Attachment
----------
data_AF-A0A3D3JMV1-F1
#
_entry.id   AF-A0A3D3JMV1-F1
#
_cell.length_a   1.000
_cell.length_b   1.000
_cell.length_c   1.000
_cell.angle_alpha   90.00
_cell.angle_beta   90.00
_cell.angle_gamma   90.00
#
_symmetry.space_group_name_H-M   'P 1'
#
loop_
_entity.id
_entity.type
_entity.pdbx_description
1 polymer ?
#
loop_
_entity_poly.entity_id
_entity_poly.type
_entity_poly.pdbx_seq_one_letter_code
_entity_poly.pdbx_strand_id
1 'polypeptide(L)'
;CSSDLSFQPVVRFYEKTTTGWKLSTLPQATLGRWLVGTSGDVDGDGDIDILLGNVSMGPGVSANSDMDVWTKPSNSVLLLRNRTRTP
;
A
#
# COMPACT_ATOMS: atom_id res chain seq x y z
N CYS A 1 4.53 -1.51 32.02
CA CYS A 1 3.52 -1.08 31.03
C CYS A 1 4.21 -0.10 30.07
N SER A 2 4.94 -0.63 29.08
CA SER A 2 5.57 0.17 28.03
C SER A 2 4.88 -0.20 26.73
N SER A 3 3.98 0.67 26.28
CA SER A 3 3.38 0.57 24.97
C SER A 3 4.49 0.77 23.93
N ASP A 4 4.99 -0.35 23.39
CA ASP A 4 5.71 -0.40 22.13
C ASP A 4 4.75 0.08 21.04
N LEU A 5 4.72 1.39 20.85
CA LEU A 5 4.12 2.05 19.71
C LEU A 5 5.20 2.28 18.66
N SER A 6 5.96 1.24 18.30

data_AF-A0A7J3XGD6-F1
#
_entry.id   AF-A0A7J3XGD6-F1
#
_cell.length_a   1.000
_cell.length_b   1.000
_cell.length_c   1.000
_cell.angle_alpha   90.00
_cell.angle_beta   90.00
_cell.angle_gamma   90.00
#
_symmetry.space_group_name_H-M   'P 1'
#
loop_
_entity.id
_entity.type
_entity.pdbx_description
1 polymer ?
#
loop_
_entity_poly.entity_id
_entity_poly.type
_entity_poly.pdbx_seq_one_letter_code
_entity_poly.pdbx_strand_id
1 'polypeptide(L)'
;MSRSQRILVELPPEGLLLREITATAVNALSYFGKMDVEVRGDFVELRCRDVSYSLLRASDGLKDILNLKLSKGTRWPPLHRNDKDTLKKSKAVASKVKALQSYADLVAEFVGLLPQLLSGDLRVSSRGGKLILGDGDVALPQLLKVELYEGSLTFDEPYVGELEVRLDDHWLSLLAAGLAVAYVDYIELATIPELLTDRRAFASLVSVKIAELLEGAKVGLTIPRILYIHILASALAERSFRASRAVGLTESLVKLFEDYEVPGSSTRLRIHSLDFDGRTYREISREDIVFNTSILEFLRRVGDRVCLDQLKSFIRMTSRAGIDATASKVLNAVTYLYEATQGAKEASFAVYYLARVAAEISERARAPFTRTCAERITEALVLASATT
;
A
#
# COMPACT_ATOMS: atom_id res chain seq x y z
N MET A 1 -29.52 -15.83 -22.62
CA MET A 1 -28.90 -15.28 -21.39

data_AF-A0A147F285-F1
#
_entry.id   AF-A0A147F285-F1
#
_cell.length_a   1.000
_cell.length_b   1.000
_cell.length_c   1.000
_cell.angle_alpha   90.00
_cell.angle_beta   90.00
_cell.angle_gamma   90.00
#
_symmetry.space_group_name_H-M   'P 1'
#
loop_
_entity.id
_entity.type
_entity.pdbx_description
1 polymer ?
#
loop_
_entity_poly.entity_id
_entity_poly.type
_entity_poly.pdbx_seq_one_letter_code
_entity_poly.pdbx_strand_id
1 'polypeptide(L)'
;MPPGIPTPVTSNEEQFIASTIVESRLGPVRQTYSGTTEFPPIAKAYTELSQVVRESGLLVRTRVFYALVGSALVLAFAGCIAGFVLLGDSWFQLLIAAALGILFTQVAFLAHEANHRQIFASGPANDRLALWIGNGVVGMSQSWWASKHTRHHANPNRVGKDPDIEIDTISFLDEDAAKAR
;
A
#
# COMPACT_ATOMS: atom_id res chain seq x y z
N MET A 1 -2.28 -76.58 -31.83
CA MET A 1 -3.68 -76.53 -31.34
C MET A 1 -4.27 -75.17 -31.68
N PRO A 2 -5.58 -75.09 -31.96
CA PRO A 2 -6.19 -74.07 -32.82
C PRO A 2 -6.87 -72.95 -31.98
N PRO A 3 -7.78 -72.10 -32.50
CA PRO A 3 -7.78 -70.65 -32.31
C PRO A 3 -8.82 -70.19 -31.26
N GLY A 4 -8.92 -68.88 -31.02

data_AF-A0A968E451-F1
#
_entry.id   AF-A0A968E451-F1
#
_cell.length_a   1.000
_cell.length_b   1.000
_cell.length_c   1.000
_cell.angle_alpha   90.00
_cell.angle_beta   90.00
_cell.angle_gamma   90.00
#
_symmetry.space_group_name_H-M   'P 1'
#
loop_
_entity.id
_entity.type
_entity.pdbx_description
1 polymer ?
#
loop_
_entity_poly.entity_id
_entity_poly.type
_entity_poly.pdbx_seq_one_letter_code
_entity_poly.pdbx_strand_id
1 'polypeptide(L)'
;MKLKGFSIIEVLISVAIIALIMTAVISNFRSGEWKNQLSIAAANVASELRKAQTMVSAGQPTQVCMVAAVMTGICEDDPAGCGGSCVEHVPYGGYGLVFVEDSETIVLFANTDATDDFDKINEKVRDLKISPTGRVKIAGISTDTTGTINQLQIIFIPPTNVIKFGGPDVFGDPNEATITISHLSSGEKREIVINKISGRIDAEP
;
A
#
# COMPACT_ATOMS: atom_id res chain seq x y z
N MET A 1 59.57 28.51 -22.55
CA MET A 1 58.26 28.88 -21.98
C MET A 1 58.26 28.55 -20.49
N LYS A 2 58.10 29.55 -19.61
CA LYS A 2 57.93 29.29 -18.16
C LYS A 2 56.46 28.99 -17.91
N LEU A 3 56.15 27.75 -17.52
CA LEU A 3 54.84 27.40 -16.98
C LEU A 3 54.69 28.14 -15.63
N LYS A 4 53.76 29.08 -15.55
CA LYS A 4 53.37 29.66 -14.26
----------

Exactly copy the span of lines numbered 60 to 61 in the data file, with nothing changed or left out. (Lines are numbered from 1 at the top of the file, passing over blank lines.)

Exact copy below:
loop_
_entity.id